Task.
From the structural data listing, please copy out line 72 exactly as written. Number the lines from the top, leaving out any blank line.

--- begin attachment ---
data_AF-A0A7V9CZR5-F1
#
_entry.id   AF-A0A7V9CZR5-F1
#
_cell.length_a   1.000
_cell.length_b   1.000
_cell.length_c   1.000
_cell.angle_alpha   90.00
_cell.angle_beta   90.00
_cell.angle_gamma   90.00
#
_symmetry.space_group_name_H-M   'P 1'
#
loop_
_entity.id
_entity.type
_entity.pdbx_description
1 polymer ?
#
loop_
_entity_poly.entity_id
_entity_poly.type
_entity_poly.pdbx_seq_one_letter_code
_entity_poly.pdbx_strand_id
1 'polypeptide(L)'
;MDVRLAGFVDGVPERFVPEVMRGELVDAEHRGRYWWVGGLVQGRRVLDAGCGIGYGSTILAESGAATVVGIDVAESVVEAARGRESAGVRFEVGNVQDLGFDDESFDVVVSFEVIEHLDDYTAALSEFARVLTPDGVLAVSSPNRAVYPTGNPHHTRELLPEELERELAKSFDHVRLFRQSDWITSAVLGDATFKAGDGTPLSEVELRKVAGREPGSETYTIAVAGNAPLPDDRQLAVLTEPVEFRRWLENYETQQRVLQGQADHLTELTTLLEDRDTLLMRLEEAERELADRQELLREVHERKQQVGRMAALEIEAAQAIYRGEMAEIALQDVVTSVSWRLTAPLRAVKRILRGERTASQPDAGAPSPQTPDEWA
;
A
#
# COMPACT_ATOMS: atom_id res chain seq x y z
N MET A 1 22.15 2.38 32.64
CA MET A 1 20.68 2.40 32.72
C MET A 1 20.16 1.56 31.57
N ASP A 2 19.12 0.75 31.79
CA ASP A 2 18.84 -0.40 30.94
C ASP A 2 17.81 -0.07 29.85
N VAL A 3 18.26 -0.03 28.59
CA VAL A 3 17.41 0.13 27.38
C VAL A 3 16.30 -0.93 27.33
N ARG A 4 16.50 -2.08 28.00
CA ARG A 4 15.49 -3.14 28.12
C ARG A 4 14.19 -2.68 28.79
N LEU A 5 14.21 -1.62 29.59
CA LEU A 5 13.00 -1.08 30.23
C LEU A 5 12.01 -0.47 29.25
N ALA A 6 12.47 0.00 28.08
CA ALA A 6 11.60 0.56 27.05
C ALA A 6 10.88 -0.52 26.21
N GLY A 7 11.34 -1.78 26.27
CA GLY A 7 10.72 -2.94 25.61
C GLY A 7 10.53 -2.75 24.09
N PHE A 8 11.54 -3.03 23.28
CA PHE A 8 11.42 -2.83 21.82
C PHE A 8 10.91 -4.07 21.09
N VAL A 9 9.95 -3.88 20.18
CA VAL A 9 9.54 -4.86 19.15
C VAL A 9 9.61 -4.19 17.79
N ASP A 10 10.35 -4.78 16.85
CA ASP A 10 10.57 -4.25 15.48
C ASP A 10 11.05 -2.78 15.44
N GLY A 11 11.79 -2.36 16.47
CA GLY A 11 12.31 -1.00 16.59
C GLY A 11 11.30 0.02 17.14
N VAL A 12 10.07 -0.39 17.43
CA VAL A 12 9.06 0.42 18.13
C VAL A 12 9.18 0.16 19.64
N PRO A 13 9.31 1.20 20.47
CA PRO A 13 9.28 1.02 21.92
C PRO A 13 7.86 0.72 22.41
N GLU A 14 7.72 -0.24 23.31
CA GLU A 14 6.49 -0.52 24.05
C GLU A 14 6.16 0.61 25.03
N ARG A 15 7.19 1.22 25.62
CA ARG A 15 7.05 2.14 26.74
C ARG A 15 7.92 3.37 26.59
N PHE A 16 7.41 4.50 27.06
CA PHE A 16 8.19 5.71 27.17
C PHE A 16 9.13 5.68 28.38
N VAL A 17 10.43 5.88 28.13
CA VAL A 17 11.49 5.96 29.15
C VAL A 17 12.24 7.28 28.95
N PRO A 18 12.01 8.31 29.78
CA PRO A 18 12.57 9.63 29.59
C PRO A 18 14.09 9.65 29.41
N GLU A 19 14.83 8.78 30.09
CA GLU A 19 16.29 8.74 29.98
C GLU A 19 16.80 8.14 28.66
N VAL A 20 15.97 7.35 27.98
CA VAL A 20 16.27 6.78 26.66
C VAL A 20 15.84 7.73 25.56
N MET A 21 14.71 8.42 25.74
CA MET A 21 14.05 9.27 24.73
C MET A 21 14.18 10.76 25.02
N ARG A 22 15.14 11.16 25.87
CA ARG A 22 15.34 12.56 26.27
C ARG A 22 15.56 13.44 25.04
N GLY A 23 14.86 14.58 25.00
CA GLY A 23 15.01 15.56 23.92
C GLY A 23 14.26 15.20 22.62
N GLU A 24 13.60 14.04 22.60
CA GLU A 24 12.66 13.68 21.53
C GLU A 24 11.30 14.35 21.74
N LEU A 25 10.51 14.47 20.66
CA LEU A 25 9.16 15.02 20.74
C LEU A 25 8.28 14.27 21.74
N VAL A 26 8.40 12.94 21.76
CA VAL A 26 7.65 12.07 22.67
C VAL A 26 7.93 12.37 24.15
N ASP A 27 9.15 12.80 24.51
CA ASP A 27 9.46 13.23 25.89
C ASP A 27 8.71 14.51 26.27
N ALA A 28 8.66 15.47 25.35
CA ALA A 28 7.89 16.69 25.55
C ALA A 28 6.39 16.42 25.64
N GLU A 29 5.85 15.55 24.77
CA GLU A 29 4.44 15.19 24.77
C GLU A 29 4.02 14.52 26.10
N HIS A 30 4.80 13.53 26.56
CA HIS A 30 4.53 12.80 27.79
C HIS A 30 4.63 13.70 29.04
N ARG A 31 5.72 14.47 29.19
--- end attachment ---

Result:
C GLU A 14 6.16 0.61 25.03